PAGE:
(1) 
where is the sample mean, defined as
(2) 
Both and
are unbiased estimators of
and , respectively, i.e., and . The shrinkage estimator is in the form(3) 
where the target is a restricted estimator of defined as
(4) 
The work in [20] proposed to find an estimator which minimizes the mean squared error (MSE) with respect to , i.e.,
(5) 
and can be given by the distributionfree formula
(6) 
The scalar is called the oracle shrinkage coefficient, since its depends on the unknown covariance matrix . Therefore, (6) must be estimated. The latter can be estimated from its sample counterparts as in [25]. We denote this estimator as .
Iii Sequential Update of the Shrinkage Estimator
Iv Sequential Update for the Inverse of the Shrinkage Estimator
In this section, we derived approximated inverses of the shrinkage estimator which are updated sequentially and do not involve any matrix inversion. We start, therefore, from the inverse of the sample covariance matrix that can be obtained from the current inverse of (1) using the ShermanMorrisonWoodbury matrix identity [26, Ch. 3] as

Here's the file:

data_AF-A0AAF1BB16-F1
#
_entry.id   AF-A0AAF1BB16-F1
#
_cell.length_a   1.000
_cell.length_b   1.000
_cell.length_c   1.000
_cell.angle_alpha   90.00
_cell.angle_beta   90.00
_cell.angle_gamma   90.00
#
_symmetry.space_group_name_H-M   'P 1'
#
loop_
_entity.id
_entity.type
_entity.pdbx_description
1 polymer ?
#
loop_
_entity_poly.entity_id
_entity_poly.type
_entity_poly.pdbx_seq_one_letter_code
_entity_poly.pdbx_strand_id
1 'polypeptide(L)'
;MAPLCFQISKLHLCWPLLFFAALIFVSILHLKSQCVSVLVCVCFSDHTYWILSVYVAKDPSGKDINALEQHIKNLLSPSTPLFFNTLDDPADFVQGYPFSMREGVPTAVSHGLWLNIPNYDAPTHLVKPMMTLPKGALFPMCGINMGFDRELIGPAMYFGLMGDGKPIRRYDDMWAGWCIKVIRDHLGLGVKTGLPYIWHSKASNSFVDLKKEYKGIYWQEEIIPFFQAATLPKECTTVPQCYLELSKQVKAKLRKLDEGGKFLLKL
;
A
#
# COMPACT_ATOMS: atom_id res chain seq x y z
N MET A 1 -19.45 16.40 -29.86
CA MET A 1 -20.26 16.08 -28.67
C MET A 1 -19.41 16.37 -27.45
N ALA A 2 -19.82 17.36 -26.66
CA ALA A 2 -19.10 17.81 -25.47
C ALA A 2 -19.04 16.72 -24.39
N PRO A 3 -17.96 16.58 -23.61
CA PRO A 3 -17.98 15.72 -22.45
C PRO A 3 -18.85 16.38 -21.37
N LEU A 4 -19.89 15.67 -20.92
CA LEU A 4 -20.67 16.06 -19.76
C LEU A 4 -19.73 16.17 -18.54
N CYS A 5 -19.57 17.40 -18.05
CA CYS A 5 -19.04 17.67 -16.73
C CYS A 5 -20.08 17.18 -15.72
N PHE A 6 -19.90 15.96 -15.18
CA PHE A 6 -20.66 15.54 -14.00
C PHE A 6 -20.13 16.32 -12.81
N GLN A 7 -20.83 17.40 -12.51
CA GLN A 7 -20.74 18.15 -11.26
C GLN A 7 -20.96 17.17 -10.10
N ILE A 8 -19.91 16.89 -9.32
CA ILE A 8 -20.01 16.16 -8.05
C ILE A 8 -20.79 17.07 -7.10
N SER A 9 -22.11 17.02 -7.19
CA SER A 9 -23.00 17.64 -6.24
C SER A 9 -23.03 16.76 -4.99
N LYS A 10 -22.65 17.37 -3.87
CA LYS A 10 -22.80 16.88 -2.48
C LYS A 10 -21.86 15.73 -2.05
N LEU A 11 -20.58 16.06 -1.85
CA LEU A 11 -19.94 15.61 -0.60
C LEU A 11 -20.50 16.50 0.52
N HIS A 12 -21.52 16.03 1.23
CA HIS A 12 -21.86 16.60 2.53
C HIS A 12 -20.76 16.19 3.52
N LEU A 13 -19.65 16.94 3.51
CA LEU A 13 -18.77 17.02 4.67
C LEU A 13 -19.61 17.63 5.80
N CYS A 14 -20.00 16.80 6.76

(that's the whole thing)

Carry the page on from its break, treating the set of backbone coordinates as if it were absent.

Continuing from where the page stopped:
(13) 
The last update rule can be used only if is invertible. It will not be invertible for . Since the shrinkage estimator (3) is a regularized version of (1), an inverse exists for any . This inverse of (3) involves two main steps. The first one is to update the inverse of (11) from an inverse of (3). The second is to update the next step inverse of from (12) and the inverse of (11) calculated in the first step. Suppose, for example, that the exact inverse of (3), denoted as , is known. In the same manner as in (13), the inverse for (11) can be calculated from as
(14) 
Using [15, 15.11.(b)], the exact inverse of can be calculated from (14) and (12) with iterations
(15) 
where and are the columns of (12) and the identity matrix , respectively. The inverse of (10) is equal to the output of the last iteration, i.e.,
(16) 
In order to avoid the calculation of iterations, we can use approximations for (16). The inverse approximations of the shrinkage estimator are discussed in the following section.
Iva Inverse Approximations for the Shrinkage Estimator